Moreover, undoukai seem to be prime occasions for the families themselves to show off their spirit for their children's education. Well-to-do parents, in my experience, generally put as much effort into preparing for this as Americans would, say, Christmas. Mothers work late and get up early (my wife was up at 5am, her mother up at four that morning) preparing food (bento, onigiri, whole coolers full of beverages--this isn't just a quick stop at the 7-11 for a bagful of treats). Any self-respecting family brings a stunning amount of portable amenities to these things--like folding plastic picnic tables with golf-cart parasols (I even saw a beer keg yesterday) and recording equipment (handicams and still photo cameras are de rigeur--the people sitting next to me yesterday had a lens on their camera as big as my forearm), but required under any circumstances are the ubiquituous blue sheets to spread out and to reserve your place in the sun. Fathers, for their part, become Okies around Indian Territory--showing up the night before (or lining up first thing in the morning if there is a moratorium on moonlit claim-jumping) to stake out prime real estate around the track for the best view of their kid (I am not exaggerating; the earliest people in line this morning came at 3 am--and this is for a Nanporo parade ground that never fills up). And extended families--grandparents, uncles and aunts, their kids, even dates--show up at these things, which last from around 9 am until 2 or 3 pm, to roast under the sun or keep off the drizzle. And as I said, this happens at least once a year, more often if your or your close relatives' kids are in different schools.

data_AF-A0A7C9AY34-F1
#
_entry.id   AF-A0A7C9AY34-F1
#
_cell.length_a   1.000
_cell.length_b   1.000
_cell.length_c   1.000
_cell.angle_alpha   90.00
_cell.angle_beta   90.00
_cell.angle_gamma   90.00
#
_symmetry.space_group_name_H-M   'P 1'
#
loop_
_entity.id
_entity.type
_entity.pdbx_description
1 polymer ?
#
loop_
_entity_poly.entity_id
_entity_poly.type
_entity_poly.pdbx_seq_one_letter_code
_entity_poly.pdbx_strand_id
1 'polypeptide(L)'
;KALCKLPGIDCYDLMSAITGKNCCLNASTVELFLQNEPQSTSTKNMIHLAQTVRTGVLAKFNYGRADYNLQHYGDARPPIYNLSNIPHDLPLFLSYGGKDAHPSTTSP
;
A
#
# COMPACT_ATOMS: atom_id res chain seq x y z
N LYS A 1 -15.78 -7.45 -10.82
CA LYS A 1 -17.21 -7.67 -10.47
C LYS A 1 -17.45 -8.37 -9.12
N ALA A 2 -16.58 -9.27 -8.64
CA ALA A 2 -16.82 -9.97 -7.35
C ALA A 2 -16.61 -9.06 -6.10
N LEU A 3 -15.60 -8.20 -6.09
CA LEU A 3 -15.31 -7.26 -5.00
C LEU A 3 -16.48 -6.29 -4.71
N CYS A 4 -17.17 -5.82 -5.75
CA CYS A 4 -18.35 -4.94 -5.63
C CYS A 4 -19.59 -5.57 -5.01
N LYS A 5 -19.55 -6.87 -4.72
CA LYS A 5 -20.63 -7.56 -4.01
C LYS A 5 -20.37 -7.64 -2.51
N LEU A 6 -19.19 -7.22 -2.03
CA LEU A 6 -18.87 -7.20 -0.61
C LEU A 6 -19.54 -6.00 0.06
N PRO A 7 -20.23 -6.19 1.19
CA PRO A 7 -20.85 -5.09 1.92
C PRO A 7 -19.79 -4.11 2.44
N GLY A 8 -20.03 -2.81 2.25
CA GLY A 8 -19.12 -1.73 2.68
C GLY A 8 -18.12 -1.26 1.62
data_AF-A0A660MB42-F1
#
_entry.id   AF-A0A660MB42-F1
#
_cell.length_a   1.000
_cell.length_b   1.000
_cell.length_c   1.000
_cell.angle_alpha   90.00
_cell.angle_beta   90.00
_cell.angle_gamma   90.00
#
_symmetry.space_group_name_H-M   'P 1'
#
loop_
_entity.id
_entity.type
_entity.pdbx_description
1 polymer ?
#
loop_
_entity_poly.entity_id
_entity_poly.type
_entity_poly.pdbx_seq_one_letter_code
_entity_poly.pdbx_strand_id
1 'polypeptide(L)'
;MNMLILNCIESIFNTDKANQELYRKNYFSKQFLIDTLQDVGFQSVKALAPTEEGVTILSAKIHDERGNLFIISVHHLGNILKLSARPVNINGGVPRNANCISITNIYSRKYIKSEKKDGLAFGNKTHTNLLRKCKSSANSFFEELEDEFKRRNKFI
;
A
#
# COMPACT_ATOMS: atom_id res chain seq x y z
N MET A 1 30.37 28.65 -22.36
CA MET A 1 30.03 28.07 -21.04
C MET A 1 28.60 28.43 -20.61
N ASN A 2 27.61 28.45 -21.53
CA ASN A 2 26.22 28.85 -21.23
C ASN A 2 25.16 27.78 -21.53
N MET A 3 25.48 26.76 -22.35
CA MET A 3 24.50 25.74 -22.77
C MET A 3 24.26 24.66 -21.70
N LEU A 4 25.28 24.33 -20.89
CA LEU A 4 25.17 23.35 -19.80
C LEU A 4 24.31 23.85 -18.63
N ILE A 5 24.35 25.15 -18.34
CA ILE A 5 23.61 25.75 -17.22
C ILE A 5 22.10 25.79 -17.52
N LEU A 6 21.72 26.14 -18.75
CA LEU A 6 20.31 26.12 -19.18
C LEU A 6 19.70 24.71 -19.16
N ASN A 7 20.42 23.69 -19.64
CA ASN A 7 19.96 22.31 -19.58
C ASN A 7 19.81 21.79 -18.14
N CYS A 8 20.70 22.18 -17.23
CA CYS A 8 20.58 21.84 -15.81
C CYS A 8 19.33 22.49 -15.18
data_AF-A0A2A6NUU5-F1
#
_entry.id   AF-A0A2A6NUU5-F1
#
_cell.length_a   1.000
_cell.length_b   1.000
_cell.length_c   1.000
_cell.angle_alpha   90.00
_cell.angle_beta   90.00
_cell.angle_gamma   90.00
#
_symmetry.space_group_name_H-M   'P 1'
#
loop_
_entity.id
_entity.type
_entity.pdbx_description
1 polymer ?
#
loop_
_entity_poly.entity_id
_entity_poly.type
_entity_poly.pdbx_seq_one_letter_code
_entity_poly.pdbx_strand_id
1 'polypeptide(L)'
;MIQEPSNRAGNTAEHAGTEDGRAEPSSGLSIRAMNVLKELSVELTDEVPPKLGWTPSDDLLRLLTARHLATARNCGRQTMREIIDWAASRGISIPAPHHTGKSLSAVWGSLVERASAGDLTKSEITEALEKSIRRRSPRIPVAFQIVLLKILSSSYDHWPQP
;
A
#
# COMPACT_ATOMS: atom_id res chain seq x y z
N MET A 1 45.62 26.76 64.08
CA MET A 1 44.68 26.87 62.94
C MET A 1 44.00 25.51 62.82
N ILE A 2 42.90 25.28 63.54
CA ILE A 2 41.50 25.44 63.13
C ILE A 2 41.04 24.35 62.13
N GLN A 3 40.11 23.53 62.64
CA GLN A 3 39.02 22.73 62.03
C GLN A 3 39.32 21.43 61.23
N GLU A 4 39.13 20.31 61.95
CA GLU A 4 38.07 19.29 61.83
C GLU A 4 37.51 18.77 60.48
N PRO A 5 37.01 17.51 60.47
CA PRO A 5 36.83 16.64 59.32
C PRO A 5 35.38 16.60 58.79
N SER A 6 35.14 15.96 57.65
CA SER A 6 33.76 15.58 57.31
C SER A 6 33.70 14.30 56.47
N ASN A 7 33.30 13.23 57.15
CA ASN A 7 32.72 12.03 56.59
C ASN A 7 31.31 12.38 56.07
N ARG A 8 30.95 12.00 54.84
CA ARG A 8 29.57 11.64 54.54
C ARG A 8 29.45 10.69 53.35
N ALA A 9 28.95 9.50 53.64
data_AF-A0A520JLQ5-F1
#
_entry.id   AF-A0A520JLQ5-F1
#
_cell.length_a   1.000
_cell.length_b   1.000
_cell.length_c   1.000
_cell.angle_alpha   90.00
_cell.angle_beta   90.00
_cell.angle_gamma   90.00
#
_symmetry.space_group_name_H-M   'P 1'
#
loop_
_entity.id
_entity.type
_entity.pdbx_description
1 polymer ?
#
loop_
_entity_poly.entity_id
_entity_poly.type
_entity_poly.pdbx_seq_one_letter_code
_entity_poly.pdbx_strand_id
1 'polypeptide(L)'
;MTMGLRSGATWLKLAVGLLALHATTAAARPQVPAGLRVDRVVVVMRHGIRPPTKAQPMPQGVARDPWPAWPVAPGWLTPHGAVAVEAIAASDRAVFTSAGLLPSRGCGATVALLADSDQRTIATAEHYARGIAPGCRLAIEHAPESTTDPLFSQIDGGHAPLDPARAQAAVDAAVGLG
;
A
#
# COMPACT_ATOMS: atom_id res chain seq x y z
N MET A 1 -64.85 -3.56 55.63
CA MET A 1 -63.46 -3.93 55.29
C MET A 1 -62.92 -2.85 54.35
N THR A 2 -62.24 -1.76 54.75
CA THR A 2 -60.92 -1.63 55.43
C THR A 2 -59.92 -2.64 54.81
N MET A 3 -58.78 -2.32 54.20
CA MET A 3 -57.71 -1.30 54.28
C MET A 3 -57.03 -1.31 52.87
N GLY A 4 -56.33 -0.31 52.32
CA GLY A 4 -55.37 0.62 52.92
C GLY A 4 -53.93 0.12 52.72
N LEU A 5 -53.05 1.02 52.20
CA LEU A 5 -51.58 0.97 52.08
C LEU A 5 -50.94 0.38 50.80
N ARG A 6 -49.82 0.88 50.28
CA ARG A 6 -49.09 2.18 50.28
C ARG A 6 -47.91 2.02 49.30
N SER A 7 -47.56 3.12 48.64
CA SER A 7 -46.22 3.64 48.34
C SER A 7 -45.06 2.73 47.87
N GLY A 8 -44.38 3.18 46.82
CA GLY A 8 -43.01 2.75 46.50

I know this is starting to sound like gushy T.R. Reid or Nicholas Kristof reportage, but I have been to enough of these events to understand that I am not really overstating things. Attendance is practically mandatory (even if daddy is too busy to go to these things, a mother not showing up to see their child participate would undoubtedly be the subject of derisive whispers, if not tantamount to child abuse). Schools spend lots of time money preparing and drilling their kids for the show--for it is in fact a show, and a good show makes the school look good--like it is fulfilling its educational duties (through sports?!). Undoukai and the feverish participation levels in Japan make the public events I experienced in the American schools look callow indeed.
I think you'll see what I mean if I focus on one undoukai:
2) WHAT HAPPENED YESTERDAY
JULY 11, 1999, NANPORO MIDORI-NO YOUCHIEN
8:45 AM TO 2 PM